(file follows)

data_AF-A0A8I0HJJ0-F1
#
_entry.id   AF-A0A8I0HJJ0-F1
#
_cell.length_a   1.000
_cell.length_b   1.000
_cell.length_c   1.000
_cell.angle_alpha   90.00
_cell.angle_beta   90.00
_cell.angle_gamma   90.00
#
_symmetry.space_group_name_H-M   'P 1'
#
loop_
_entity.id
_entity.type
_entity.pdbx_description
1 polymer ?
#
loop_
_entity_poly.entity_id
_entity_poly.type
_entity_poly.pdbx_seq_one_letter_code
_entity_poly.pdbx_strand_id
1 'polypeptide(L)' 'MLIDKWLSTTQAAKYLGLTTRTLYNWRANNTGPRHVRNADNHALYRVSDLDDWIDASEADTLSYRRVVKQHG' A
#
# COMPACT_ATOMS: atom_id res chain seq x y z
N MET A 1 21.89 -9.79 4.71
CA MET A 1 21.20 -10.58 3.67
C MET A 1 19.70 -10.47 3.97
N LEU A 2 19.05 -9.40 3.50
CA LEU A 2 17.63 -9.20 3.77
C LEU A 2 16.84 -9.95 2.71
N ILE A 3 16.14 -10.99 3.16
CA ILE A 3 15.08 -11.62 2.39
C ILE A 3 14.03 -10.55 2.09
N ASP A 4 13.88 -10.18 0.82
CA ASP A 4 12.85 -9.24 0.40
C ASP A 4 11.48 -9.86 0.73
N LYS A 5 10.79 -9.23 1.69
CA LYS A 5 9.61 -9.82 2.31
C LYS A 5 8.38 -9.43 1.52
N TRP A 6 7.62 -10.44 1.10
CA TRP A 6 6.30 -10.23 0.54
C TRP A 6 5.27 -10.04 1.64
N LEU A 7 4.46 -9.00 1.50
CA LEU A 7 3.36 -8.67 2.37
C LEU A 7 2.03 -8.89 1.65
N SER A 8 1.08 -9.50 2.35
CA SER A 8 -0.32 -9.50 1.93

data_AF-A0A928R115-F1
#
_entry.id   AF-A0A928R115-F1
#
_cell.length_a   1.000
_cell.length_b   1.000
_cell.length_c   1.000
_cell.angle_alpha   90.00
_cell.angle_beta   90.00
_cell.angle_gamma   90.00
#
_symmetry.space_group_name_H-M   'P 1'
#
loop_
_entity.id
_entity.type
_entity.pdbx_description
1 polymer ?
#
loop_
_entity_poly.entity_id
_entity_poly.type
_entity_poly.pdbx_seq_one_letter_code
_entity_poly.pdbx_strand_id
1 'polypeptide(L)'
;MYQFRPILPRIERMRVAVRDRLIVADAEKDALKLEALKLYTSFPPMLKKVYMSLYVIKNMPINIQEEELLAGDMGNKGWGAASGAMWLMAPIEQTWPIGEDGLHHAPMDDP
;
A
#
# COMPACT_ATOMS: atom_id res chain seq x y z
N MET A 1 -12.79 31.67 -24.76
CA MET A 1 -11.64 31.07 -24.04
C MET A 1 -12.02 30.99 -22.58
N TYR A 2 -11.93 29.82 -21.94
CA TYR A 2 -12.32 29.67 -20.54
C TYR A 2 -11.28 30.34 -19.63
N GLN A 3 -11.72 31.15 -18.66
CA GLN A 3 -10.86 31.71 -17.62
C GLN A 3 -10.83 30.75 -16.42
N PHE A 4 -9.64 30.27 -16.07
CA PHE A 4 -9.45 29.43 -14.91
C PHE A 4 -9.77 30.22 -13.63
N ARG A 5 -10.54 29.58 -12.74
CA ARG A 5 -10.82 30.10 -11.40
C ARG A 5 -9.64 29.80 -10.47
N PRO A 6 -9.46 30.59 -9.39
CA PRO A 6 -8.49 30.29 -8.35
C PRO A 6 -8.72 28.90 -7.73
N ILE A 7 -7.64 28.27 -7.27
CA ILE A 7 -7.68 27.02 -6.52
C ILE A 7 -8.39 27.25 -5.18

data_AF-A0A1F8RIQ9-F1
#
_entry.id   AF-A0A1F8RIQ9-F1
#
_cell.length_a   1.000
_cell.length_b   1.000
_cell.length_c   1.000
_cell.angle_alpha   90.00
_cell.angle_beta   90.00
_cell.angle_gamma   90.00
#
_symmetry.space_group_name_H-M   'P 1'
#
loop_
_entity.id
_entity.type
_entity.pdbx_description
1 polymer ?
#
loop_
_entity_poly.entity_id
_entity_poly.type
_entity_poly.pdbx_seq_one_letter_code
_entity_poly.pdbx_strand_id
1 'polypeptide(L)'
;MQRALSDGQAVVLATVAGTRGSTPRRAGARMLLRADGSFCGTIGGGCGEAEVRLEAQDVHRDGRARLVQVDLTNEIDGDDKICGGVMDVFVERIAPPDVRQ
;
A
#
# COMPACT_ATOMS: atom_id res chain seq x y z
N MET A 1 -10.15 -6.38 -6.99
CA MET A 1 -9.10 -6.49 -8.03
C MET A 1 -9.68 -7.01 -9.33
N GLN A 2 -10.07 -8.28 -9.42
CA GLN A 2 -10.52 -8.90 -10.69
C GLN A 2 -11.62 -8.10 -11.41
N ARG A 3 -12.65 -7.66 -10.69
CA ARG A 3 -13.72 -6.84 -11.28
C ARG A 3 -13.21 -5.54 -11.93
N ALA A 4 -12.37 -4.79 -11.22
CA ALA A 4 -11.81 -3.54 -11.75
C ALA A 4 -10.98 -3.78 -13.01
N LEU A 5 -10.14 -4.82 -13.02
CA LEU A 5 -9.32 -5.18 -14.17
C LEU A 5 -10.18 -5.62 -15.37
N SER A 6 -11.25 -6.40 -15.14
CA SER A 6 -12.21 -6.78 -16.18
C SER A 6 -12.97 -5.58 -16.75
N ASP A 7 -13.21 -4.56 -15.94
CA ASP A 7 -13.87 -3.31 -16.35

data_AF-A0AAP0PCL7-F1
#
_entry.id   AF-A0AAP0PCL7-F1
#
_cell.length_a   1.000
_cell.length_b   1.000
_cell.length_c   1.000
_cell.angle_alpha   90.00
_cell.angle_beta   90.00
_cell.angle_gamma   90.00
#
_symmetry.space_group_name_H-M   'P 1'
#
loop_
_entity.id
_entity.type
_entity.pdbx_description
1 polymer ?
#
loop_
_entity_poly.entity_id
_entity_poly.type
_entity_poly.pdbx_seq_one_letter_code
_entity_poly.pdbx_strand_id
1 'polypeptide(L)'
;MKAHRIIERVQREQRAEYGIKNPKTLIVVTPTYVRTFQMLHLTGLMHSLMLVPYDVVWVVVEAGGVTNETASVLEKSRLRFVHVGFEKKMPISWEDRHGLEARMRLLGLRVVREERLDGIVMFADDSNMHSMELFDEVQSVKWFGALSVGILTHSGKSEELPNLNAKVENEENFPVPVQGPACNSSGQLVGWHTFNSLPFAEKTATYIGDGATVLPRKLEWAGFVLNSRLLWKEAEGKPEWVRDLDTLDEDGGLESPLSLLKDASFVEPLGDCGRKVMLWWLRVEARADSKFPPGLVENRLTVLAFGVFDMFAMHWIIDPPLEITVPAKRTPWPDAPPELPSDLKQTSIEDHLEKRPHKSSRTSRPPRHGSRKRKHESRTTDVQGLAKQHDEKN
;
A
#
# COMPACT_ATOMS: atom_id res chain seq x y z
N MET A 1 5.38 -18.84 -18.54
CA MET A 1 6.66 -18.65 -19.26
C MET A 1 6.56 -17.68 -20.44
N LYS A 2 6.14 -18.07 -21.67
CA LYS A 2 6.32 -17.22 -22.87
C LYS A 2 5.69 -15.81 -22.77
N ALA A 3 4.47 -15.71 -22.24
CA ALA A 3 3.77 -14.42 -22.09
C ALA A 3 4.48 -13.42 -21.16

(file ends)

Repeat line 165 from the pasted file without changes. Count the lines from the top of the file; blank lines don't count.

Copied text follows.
loop_